Paros has a surprisingly efficient bus system.  There are only five bus routes but they cover most of the island.  For about 2 Euros you can hop on any of the routes and watch the lovely scenery as you meander around the island.  A convenient thing to note is that the buses will also stop for you in the middle of nowhere, so if you see one and want to hop on it, just wave! Or if you are on it and want to get off somewhere, just give the bus driver a sign!

A friend had recommended that I visit the small village of Lefkes.  This is a cute little town of about 500 inhabitants located in the center of the island situated on a hillside with views of the valley and sea in the distance.  I took the bus route #1 for the 15 minute ride to Lefkes.  It was a Sunday, so the town was very quiet with many of the shops were closed.  Regardless, the quaint narrow winding streets were just enchanting.




I arrived at the Louki’s café at the end of one narrow street and noticed a sign with an arrow pointing to the right that said “Byzantine Path”.


The name rang a bell in my memory!  I quickly checked my travel ebook and Triposo app and could only find minimal information about it.  It is an ancient road that dates back to the Byzantine era (1000 AD).  But neither the sign nor my apps said how long the trail was or where it ended.  Nor did it appear on the map of the island I had with me.

It seemed to be an interesting path down into the valley with beautiful views and there were signs of civilization in the far distance.  It was calling my name and I just had to walk it!  I figured that if I had to, I could just turn around and head back to the town of Lefkes.

The trail is paved in ancient marble which in some areas is quite smooth and in other areas very broken up and uneven.  Most of the trail is level or downhill with one 200 meter section which goes up to the peak with an amazing 360 degree view.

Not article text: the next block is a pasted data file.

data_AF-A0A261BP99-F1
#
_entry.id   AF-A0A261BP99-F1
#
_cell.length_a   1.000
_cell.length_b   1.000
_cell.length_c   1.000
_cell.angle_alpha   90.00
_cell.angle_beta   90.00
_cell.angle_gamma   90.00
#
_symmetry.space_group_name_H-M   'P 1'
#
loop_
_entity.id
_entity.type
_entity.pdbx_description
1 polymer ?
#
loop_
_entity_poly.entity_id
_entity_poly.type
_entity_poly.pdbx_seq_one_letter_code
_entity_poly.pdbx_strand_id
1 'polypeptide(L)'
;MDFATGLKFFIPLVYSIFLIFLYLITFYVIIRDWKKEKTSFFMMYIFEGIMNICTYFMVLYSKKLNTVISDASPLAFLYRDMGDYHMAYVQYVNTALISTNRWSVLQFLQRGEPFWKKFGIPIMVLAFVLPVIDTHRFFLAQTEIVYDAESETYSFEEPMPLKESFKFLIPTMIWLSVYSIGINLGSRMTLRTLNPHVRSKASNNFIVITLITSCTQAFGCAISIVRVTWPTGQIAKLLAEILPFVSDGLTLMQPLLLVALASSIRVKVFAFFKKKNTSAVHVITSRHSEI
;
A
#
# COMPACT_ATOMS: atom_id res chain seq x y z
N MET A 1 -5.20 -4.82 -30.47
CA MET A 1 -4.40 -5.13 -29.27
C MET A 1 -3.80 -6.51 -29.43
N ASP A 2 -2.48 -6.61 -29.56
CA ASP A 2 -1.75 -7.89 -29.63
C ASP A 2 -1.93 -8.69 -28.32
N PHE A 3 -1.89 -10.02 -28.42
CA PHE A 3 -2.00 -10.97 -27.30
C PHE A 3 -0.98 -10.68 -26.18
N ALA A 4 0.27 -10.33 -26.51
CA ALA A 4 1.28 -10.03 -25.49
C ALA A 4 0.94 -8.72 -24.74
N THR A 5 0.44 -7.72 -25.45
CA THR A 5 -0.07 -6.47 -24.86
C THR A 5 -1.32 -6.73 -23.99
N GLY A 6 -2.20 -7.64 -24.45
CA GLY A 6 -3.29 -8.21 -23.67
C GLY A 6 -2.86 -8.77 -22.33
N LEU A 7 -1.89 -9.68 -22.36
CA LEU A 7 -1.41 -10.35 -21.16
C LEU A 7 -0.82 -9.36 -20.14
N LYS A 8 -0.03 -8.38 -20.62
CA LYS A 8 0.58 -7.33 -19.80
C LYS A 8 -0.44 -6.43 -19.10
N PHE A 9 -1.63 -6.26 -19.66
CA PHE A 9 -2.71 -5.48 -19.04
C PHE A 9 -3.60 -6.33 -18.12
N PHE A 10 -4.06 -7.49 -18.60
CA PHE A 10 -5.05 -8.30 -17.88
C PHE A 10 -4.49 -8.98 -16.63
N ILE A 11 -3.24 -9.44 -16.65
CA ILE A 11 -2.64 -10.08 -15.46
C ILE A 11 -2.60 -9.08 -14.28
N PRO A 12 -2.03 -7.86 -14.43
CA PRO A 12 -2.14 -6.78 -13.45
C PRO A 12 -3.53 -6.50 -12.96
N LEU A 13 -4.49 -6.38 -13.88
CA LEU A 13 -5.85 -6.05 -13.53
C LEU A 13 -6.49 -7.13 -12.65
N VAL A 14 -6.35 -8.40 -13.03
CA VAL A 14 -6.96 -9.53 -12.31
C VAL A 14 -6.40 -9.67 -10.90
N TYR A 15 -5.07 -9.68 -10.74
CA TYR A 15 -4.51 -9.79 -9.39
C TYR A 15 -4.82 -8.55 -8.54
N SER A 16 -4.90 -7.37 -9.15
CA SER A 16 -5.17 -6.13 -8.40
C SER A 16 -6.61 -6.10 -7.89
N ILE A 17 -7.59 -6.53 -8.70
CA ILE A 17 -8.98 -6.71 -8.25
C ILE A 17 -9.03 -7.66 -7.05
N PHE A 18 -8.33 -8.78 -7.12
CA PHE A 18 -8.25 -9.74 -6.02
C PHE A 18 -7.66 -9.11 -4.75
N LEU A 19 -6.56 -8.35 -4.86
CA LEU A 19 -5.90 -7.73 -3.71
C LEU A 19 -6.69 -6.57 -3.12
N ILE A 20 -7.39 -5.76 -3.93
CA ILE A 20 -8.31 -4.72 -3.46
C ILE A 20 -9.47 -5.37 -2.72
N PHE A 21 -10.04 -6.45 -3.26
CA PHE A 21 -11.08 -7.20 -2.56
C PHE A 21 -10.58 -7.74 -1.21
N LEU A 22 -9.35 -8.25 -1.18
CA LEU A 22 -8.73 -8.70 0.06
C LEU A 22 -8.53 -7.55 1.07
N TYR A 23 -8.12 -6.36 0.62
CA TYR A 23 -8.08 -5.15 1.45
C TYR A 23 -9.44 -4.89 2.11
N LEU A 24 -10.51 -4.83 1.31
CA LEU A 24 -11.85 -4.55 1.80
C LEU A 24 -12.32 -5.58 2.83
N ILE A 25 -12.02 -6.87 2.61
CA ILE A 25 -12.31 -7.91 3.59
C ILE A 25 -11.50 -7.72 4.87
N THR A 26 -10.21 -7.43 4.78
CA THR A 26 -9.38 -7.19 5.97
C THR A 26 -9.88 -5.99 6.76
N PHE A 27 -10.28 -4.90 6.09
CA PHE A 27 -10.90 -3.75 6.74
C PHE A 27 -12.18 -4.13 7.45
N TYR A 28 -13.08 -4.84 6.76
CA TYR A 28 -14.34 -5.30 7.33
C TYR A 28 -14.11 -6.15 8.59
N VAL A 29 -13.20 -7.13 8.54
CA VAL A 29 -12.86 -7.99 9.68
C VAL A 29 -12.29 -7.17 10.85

Looking back at the town of Lefkes from the path.

There wasn’t a soul in sight and at times it felt quite eerie walking along the trail surrounded by the heavy thick scent of wild sage and rosemary (I wish the screen came with a “scratch-and-sniff” option!) and only the chirping of the cicadas to keep me company.


Nearing the end of the path with Podromos and the Aegean Sea in the distance.

I didn’t know where I was going to end up or how I would get back home, but I had faith that I would figure it out and all would work out just fine.  The Byzantine Path eventually came to an end and after following a residential street for a couple of blocks I found a hand painted map of the small traditional village of Podromos on an outside wall of a building that showed where the bus station was.


This was a cute little village and even with a map it could be quite easy to get lost in amongst the narrow winding streets.


Eventually I found where I thought the bus stop was, but there wasn’t a sign.  So I went to the small family run restaurant across the street.  Their daughter, Kyriakí (which means Sunday in English), told me the bus stop was indeed on the corner and the bus to Parikia would be coming by in about 20 minutes.  Perfect!!  That gave me time to have a souvlaki and a well-deserved cold beer!!

With further research I discovered the Byzantine Road is 3.5 kilometers to the village of Podromos and it continues on to the near-by village of Marpissa and to Pisso Livadi by the sea on the western coast of the island.

Not knowing how long it would take or where I would end up and not seeing another soul along the way was at times disconcerting and a little intimidating, but it was a life-changing experience and I am so glad I ventured down this unknown path.

As Herman Hesse is quoted as saying, “Each man’s life represents a road toward himself.


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